How to Remove Mold & Mildew From Fabric
Any fabric that lives outdoors is susceptible to mold and mildew growth, especially those in a frequently damp marine environment. Many marine and outdoor fabrics are engineered to prevent the growth of mold and mildew but dirt and other contaminants on the fabric can grow their own mildew. Luckily, there are several ways to remove the mold and mildew from your fabric if you see it growing. We’re going to walk you through the removal steps for your outdoor and marine fabrics.
In a perfect world, it would be best to prevent mold and mildew from growing altogether. While prevention isn’t foolproof, there are a few steps you can take to minimize the risk of mold and mildew growing on your fabric in the first place. First, cleaning your fabric regularly will keep dirt and other contaminants from forming a home inside the fibers of your fabric. It’s also best practice to let canvas covers and other fabric pieces dry thoroughly before being put in storage. Packing away damp fabric invites mold and mildew to grow. Additionally, any fabric pieces that don’t need to be left out in the elements, like patio cushions, can be packed away when not in use to reduce exposure to moisture.
However, if you do find mold or mildew growing on your fabric, it’s best to address it as soon as possible. To do this, we suggest trying a stepped approach to cleaning, starting with a gentle cleaning first and gradually working up to more intense cleaners if necessary. As you work through the cleaning process, remember to always use soft bristled brushes when cleaning your fabric to avoid unnecessary abrasion. We also don’t recommend using a power sprayer at any phase of cleaning.
Try First: Soap & Water
The first step is to try giving the fabric piece a thorough washing, using a mild detergent (like Woolite or Ivory Snow) and fresh water. Some cushion cover fabrics could even be machine-washed at this point. For mild cases of mold or mildew, this basic cleaning should clear up the offending fungus. If the mold and mildew persist, you’ll need to move on to using a more powerful soap.
Try Next: Iosso® Mold & Mildew Stain Remover
For this second step, we recommend using a mold and mildew removing cleaner like Iosso Mold & Mildew Stain Remover. Mix this concentrated powder with water to clean vinyl, canvas and sails plus plastic, wood, carpeting, fiberglass and painted surfaces. Free of bleach and chlorine, Mold & Mildew Stain Remover is safe on colorful fabrics as well as sewn seams, zippers and hook and loop fasteners.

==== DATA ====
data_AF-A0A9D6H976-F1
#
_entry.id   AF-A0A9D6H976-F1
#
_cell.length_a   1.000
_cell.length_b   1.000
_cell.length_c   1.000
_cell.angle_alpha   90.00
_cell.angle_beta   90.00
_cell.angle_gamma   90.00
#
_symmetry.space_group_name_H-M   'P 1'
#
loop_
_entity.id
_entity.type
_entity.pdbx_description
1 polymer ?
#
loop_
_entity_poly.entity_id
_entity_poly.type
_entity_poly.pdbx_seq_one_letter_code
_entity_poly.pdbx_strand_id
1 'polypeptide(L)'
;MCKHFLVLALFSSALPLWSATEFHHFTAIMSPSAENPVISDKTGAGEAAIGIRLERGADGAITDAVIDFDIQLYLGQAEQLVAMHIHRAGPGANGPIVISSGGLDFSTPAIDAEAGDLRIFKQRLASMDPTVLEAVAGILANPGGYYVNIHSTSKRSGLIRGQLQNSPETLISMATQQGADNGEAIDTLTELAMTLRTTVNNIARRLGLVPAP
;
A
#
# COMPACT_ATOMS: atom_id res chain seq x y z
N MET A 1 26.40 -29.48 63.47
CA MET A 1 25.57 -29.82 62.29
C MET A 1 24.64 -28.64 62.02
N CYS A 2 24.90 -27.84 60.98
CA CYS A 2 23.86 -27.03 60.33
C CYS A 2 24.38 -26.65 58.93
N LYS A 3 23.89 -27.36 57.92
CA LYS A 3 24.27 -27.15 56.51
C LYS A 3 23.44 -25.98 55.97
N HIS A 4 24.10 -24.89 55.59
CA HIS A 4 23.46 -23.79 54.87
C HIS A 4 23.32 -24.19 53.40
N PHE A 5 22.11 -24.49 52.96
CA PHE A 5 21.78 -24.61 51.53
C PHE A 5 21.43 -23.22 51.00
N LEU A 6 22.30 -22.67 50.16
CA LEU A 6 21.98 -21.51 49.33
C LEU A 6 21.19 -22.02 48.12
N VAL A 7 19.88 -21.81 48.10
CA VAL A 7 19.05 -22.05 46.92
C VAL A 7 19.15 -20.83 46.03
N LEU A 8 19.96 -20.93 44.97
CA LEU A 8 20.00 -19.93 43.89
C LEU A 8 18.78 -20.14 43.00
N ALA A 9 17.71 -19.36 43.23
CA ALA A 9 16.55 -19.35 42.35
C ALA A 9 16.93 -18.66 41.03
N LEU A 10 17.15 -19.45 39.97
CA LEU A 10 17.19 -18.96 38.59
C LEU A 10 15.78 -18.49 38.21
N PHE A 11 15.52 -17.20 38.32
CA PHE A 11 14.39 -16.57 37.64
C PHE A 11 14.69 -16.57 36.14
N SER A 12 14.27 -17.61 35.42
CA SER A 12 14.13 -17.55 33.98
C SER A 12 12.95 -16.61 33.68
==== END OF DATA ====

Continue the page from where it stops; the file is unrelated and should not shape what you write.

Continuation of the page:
To use this Iosso cleaner, mix one scoop of powder for every quart of water. The mixture will turn blue at first. Stir until the color disappears. Wet down your fabric with water first, then apply the solution to the fabric using a sponge, soft brush or gentle sprayer. Let the mixture stand on the fabric for at least 15 minutes. Agitate the solution on the fabric with a soft bristled brush or sponge before rinsing with fresh water.
Try Last: Bleach Solution
If you have a really stubborn mold or mildew growth you can clean your fabric with a bleach and water solution. Before using bleach, there are a few considerations to make. First, your fabric must be rated to handle a bleach cleaning. Fabrics sold by Sailrite® will specify if they are okay to be cleaned with bleach on their product pages. Sunbrella®, Bella-Dura® and Phifertex® are all examples of fabrics that can stand up to bleach.
Once you’ve determined that your fabric is bleach cleanable, think about the thread and accessories on your cushion or canvas cover — can they be bleached? This makes a difference because bleach will damage the integrity of polyester thread, for example. In general, careful spot cleaning with bleach can be used on fabrics sewn with polyester thread, but a full soaking in a bleach solution should only be done on canvas that has been sewn with a PTFE or lifetime thread, which won’t be affected by bleach. Similarly, zippers, hook and loop, and clear vinyl can all be damaged by bleach so care should be taken if any of these elements are present on your cover.
When you’re ready to start your bleach cleaning, be sure to follow the fabric manufacturer’s recommendations for the concentration of bleach that’s acceptable for your particular fabric.
We hope that using this stepped approach to cleaning your mold and mildew will help you solve the problem with the least amount of hassle. Get more fabric care and cleaning tips in our guides, right here at Sailrite.
Do you have a go-to way of cleaning mold and mildew from fabric? Share it with us in the comments below.